Mt. Eva (left) and Parry Peak (right) viewed from Witter Peak
Following the ridge over to Mt. Eva required little effort. The summit only rises 430 feet above the saddle, so there wasn’t a great deal of altitude to gain. The only thing that concerned me was the powerful gusts of wind. The wind kept us off-balance for much of the hike.
The abandoned radio shack about 40 feet below the summit made an excellent wind break. The shack and mangled radio tower were supposed to be removed when the area became part of the James Peak Wilderness in 2002, but the project seems to be moving at the speed of government.
Mt. Eva’s summit was somewhat drab, but the views were excellent. I was anxious to move on to our loftiest goal of the day, Parry Peak. Parry Peak is the James Peak Wilderness highpoint, and is the highest mountain on the Divide for several miles in either direction.
The descent from Mt. Eva was problematic at first. We worked our way down steep snow-covered talus until the grade gradually leveled off a bit. There was a significant cornice on the edge of the ridge almost all the way to Parry Peak’s summit. I made it a point to keep my distance from the cornice with the wind blowing us backwards, forwards, and sideways.
Parry Peak was technically very easy, but it was physically demanding. It rises 691 feet above its saddle with Mt. Eva, and most of it was steep rock and snow. We took frequent breathers along the way.
The slope finally eased up near the summit. Parry Peak has an interesting profile, but up close the summit resembled a rounded whale’s back.
So, we reached our third summit of the day. Now what? In order to return the same way that we had come, we would have to re-summit Mt. Eva; that would have required a great deal of effort. Parry Peak’s south slopes route was not looking like an attractive option with all the snow. It seemed that the easiest option was to summit Mt. Bancroft and return to Fall River Reservoir via the southeast ridge route. Mt. Bancroft is one of the easier peaks in the area, and the southeast ridge would be a long, easy ride down.
The wind really whistles across the Parry/Bancroft saddle, and most of the snow had blown to Kansas or Nebraska. We made good time on a trail down to the saddle, but the wind became absolutely unbearable as we started up the other side on Mt. Bancroft. We were practically crawling on our hands and knees through some stretches. After we crossed the first major bump on the ridge, we dropped down on the leeward side. The ridge sheltered us from the full force of the wind, but we found ourselves hiking through the spindrift that was blowing off of the ridge. I watched several miniature snow “tornadoes” swirl over our heads. There was never a dull moment. I found a dragonfly encased in ice as we crossed a snowfield.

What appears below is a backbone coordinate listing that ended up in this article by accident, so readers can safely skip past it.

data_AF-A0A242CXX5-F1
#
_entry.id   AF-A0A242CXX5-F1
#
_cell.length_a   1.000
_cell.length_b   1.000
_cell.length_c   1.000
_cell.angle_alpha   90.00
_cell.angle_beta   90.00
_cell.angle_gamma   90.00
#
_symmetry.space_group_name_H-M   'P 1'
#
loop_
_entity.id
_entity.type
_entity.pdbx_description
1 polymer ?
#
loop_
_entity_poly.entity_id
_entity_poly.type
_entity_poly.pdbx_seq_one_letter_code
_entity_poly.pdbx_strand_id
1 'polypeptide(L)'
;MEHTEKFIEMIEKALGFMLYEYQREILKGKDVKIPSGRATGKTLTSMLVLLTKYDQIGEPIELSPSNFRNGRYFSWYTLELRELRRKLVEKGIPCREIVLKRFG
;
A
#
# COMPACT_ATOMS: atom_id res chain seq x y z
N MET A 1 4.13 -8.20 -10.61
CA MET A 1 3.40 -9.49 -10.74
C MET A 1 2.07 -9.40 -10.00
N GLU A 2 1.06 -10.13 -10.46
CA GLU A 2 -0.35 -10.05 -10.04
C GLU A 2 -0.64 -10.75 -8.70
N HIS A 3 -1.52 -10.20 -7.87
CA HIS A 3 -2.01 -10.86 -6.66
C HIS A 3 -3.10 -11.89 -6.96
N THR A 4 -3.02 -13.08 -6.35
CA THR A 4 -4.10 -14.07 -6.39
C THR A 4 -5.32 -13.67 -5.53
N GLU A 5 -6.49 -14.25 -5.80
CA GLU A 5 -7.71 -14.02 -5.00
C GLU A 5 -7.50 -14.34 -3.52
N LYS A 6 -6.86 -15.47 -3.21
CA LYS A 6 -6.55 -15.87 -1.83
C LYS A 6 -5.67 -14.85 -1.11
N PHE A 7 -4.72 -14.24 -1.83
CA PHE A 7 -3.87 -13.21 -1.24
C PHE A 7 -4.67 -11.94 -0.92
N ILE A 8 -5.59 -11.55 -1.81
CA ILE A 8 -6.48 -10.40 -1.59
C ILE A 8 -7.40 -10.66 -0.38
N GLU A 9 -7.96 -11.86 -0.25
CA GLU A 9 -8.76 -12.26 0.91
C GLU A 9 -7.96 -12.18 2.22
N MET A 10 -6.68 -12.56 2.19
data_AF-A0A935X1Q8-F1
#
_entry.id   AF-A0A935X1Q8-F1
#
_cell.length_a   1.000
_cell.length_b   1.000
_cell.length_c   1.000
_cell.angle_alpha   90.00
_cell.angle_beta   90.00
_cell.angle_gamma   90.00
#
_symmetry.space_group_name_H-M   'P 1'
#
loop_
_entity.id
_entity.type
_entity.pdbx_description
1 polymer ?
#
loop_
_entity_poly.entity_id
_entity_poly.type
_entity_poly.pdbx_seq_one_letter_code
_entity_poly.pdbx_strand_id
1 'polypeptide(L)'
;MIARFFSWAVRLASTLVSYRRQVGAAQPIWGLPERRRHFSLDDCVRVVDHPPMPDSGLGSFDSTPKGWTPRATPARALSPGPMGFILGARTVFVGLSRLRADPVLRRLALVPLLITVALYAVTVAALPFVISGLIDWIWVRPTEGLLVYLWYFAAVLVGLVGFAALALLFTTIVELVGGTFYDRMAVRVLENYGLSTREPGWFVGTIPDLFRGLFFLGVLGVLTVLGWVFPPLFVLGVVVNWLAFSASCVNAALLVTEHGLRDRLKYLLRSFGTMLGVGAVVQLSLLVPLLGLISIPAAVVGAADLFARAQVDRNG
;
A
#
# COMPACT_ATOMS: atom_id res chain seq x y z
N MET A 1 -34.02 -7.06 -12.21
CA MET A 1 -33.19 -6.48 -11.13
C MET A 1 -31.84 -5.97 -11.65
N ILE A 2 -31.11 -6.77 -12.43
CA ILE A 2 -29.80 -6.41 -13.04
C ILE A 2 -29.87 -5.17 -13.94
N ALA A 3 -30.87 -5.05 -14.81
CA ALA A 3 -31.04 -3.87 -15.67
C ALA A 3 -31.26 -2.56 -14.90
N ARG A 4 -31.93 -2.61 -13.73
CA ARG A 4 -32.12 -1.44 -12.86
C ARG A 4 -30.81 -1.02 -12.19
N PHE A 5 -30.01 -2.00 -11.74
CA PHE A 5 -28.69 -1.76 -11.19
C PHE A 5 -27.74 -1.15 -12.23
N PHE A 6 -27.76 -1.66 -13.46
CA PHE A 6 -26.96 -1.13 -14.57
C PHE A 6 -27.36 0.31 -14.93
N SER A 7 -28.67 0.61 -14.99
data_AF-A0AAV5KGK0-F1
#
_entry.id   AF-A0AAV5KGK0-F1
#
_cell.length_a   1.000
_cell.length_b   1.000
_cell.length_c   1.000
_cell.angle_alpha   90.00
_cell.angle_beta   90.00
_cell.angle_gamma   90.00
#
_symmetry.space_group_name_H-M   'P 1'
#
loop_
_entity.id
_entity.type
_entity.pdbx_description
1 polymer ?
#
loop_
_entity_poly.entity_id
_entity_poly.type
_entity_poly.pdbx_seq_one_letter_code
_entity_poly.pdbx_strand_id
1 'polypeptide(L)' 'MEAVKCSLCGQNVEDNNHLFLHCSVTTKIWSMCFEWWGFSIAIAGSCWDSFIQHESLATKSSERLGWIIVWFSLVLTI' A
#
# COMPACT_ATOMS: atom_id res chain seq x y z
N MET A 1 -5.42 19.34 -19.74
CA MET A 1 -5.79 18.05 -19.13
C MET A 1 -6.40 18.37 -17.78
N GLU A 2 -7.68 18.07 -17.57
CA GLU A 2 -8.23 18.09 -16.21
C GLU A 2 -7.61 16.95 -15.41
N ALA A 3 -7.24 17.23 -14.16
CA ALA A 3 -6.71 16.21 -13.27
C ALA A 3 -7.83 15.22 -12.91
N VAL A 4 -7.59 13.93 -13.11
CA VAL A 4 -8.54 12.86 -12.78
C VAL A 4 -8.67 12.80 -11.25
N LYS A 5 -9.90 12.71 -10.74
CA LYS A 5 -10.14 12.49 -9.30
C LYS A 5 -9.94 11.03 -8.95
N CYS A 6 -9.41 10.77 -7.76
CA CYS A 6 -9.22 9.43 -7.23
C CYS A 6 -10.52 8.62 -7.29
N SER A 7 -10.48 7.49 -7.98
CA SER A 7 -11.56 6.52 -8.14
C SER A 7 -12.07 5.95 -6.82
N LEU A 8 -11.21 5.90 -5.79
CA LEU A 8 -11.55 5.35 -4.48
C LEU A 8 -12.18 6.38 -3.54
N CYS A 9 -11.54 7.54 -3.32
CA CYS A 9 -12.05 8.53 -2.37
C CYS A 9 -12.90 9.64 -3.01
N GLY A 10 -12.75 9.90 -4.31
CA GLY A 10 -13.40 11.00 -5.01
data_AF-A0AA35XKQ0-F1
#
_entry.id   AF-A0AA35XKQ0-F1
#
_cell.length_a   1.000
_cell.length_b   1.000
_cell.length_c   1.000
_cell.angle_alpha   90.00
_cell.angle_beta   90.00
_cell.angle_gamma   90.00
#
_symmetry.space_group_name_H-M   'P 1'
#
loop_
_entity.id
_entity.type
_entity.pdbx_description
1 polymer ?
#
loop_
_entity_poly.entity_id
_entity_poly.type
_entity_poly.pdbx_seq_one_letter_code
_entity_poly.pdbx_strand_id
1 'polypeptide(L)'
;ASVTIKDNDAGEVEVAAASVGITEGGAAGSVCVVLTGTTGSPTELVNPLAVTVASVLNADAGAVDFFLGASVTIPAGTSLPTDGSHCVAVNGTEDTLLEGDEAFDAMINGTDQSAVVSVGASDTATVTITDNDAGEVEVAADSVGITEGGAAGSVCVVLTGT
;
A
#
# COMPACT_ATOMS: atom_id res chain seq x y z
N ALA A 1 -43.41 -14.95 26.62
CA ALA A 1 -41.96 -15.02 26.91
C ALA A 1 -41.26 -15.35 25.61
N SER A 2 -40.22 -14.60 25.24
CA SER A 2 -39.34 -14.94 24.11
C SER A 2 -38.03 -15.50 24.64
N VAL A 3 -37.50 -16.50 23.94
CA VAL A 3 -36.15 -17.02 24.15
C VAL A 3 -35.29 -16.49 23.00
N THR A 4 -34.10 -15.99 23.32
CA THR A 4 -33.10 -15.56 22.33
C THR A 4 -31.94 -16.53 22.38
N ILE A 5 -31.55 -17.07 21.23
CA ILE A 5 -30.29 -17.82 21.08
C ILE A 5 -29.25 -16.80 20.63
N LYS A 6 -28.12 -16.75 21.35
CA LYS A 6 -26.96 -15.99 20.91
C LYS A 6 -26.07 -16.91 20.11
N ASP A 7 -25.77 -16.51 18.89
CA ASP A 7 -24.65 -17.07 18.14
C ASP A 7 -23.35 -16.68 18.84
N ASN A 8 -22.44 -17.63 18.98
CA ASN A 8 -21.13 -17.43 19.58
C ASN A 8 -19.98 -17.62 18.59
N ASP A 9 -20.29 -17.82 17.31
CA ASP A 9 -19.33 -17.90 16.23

The bitter end for a dragonfly
We crossed one last snowfield just below the summit; I stood and watched the wind hurl chunks of ice over the ridge. The wind shelter on the summit was almost big enough to be useful. It was mostly covered in snow, but Todd knew where to dig to find the summit register since he had just been up here the previous week before the storm.
The route down Mt. Bancroft’s southeast ridge didn’t look like it would present any difficulties. We started off on smooth snow, and it looked like we would be able to hike on bare rocks for most of the rest of the way. We wound up postholing several times in hip deep snow between the boulders, but it wasn’t terrible. The mountain blocked most of the wind, and the afternoon sun warmed us. This ridge was definitely the best descent route available to us.
We passed an ice-free Ice Lake on the way down the ridge. This lake stays frozen for most of the year because of its shady location beneath James Peak’s slopes.
We continued down the ridge until we could see Loch Lomond on one side of us and Fall River Reservoir on the other side. We turned down towards the reservoir when we reached the point where an old 4WD road comes up from Loch Lomond.
Fall River Reservoir as we were dropping down off the side of Mt. Bancroft’s southeast ridge
There were short sections of trail on the slope down to the reservoir, but they weren’t really necessary. We just basically headed straight down the hillside towards the reservoir. A contorted grove of limber pines stands as testimony to the high winds in the area.
A limber pine (Pinus flexilis) sculpted by the wind
Our tour of the four mountains took us on an 8.5-mile loop with more than 3,400 feet of elevation gain. It was an exhilarating hike with breath-taking views, and it didn’t take an inordinate amount of time or gasoline to get there. The next time that you head west on I-70 past the buffalo overlook at Genesee, look for five beautiful mountains that are framed perfectly by the pillarless overpass. These mountains are certainly worth adding to your to-do list!